Beam of size 300 x 400 mm is used. Span length of 4500 mm. Grade of concrete used as M25 and Fe 415 grade steel as internal reinforcement. Here totally four numbers of 25 mm diameter bars are used as tension reinforcement and two numbers of 16 mm diameter bars as compression reinforcement. 8 mm 2 legged stirrups were used. In case of a CFST beam with reinforcement, the thickness of steel sheet used were 1mm and by reducing the number of bars and its corresponding diameter, with two numbers of 25 mm diameter bars are used as tension reinforcement and two numbers of 12 mm diameter bars as compression reinforcement, 8 mm 2 legged stirrups were used. Finally for a CFST beam without reinforcement the thickness of steel sheet adopted is 1.68 mm with similar geometric details. Fig.3 shows the cross-sectional diagram of a beam.

      Fig.3: Cross-Sectional Details of Beam

    2. Results and Discussions

    From the analysis it was observed that CFST beam with minimum reinforcement shows the first crack at 62.560 kN, that was greater than the simple reinforced and CFST beam without reinforcement. Table 1 shows the different results of the three beams. And the deformation value was also less for the CFST with reinforced beam compared with other two beams.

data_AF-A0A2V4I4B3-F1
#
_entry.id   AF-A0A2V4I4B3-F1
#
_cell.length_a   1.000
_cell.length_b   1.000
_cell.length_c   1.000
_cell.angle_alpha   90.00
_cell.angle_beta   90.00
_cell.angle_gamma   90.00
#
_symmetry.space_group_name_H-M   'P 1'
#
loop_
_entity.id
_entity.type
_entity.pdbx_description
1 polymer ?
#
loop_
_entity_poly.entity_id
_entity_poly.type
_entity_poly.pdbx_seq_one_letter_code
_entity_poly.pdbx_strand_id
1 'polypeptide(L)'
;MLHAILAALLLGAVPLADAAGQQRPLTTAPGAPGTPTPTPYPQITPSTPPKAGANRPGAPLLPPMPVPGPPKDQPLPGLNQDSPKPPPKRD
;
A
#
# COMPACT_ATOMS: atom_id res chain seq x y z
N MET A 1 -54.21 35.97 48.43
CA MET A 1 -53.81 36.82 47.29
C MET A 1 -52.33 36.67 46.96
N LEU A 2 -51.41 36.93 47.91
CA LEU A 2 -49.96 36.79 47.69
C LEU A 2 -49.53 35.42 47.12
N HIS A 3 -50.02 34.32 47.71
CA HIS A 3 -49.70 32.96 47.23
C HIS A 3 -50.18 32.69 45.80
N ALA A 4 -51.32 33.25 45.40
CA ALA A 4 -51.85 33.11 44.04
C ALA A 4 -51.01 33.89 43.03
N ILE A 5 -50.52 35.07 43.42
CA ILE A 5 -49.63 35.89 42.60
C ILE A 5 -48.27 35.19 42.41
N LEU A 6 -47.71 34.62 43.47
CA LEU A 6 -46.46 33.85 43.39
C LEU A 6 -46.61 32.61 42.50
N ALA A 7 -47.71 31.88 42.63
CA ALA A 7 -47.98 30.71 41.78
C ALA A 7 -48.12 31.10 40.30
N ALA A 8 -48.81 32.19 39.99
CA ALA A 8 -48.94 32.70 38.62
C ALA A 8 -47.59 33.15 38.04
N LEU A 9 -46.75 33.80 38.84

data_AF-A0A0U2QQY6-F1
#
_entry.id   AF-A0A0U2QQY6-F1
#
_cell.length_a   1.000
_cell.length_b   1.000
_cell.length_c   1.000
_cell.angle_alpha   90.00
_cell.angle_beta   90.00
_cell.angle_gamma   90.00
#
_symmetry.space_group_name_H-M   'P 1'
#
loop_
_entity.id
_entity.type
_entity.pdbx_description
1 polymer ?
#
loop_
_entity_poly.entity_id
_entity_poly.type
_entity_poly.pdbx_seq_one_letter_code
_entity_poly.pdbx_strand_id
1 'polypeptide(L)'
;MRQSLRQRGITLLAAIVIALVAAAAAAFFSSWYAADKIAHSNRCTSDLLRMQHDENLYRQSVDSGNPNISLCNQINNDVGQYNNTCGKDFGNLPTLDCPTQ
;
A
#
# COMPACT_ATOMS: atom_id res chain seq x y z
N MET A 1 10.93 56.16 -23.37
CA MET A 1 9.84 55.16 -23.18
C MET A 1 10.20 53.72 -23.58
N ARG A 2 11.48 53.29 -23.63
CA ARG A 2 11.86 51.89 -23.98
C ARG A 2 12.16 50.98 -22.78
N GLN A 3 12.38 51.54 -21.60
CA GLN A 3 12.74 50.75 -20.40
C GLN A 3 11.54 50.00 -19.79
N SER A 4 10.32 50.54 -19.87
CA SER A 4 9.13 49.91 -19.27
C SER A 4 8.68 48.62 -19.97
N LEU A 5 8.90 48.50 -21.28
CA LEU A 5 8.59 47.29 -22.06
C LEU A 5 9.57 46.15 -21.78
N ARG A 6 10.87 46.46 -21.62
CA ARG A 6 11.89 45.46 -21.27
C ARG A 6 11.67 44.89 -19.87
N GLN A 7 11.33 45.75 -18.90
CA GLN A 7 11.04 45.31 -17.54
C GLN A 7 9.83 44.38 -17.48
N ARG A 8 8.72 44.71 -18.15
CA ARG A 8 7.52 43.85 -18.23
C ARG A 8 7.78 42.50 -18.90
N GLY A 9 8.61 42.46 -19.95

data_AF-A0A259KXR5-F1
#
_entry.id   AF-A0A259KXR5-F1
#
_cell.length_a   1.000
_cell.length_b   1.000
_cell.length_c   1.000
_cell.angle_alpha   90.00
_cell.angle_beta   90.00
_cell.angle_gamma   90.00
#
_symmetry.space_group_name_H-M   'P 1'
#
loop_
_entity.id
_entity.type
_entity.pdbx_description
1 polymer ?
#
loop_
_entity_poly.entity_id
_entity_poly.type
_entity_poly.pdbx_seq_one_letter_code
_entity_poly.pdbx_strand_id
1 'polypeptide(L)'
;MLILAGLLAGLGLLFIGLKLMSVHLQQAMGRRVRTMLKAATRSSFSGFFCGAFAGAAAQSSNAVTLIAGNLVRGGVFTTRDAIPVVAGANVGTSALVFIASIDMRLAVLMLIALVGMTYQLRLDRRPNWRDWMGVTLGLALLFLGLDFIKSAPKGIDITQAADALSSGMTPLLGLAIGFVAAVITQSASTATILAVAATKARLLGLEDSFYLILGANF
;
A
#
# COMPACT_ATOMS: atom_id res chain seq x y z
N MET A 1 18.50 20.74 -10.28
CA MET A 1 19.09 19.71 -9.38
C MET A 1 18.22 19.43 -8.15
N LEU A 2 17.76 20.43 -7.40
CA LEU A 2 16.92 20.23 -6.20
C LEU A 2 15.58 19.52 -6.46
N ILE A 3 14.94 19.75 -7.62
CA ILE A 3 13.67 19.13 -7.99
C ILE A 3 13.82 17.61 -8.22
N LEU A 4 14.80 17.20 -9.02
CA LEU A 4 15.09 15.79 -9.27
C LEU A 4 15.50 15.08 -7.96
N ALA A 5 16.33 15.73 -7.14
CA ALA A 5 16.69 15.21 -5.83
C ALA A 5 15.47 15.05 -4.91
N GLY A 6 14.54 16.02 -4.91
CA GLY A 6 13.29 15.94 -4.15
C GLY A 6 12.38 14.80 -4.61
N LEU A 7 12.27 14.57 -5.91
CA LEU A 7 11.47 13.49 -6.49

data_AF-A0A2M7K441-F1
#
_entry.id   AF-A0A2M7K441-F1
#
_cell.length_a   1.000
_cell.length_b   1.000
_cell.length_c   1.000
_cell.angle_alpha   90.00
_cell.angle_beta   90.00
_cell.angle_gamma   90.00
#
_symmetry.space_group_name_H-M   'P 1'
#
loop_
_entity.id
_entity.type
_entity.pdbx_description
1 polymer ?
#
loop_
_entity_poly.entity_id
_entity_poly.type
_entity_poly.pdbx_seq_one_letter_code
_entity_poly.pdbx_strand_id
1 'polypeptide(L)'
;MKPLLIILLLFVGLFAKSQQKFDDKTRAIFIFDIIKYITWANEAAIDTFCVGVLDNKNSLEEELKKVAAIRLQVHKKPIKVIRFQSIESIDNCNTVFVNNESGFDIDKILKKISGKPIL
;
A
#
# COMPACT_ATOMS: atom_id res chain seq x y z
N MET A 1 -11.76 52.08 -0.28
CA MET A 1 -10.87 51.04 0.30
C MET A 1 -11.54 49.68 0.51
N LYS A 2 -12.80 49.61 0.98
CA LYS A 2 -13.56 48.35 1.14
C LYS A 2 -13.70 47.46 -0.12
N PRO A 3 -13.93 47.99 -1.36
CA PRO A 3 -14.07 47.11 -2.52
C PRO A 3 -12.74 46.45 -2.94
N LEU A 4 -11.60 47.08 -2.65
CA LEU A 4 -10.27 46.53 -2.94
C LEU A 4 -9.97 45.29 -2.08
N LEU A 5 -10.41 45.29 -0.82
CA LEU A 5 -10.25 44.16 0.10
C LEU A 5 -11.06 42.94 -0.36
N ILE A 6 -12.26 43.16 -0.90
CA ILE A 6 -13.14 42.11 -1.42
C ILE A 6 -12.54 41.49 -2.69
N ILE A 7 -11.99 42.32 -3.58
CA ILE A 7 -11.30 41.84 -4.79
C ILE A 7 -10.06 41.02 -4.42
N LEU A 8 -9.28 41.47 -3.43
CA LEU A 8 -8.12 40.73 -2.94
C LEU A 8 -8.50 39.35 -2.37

TABLE 1: Results

    RC Beam

    CFST + RC Beam


    Maximum Deformation

    1.94 mm

    0.53625 mm

    0.6762 mm

    First Crack

    27.50 kN

    62.560 kN

    36.250 kN

    Shear Stress

    1.303 MPa

    2.9649 MPa

    15.318 MPa

    When compared with an orinary reinforced beam, by reducing the number of bars and the bar diameter and providing a steel covering forms a CFST beam with reinforcement section. Fig.4 (a) to (b) represents the deformation of three beams.

    (a). RC Beam Deformation

    (b). CFST + RC Beam Deformation

    (c).CFST Beam

    Fig.4. Represents the deformation of three beams.


From the studies conducted on three different beams it can be seen that a concrete filled steel tubular section with reinforcement resists tension, bending moments and also increases load carrying capacity when compared to a normal reinforced concrete and steel section of similar dimensions. It combines the advantages of both steel and concrete. They are being widely used in high-rise buildings and hence there is a need to understand the seismic response of CFST columns and beams which are provided in such buildings by considering the behavior of such frames with and without reinforcements. The available literature mainly deals with study of individual CFST beams and columns and not frames or buildings as such. So studies should be conducted to determine the efficiency of bringing these elements into the designing scenario of modern building.